Evaluating the environmental survivability of Mannheimia haemolytica on various potential fomites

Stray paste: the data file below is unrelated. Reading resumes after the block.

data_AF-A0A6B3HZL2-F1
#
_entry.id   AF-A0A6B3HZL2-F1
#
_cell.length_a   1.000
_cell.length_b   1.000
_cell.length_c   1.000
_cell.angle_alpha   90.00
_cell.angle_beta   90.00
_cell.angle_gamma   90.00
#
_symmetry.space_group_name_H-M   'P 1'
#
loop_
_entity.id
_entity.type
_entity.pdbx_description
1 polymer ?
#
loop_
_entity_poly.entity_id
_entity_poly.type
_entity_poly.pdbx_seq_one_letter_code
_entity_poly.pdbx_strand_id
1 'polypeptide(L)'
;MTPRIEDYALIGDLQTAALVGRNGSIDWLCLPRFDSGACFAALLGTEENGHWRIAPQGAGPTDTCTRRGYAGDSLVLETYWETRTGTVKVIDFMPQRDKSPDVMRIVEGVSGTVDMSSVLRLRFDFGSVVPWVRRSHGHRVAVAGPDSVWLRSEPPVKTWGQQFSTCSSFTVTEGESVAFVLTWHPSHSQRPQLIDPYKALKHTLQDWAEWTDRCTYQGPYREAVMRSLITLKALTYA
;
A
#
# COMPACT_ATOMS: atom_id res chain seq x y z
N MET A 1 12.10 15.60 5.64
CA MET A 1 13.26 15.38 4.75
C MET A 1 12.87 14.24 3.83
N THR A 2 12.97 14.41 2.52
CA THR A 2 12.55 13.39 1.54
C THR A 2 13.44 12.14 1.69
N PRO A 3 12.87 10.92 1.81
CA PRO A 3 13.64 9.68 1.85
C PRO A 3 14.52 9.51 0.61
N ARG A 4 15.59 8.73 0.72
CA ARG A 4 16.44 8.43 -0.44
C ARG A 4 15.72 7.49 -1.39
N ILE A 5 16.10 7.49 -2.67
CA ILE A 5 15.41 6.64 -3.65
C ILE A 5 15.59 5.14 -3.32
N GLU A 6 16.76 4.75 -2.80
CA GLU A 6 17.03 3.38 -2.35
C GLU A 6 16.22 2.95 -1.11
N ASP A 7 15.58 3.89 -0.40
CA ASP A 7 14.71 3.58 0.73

Bovine respiratory disease (BRD) is an important cause of morbidity and mortality in beef and dairy cattle in North America. Of the significant bacteria implicated in BRD cases, Mannheimia haemolytica is the most common microbe isolated in clinical cases, yet little is known about its environmental survivability. The objective of this study was to examine relative survivability of M. haemolytica on metal, wood, and plastic under varying environmental conditions. Microenvironments were constructed at approximately 37℉ (3℃), 71℉ (22℃), and 97℉ (36℃) using plastic containers and monitored for temperature and humidity. Stainless steel, polypropylene, and wood spheres were inoculated with M. haemolytica, placed in each microenvironment, and cultured for viable bacteria at 0, 2, 6, 24, and 48 h after inoculation. Presence or absence of growth of M. haemolytica was confirmed by MALDI-TOF mass spectrometry. Both wood and plastic materials supported the recovery of viable bacteria for a much longer duration than stainless steel. Additionally, increased temperature and decreased humidity lowered bacterial viability. These results demonstrate that both material and environment are factors related to M. haemolytica survival, which has potential biosecurity implications when managing BRD in beef and dairy operations.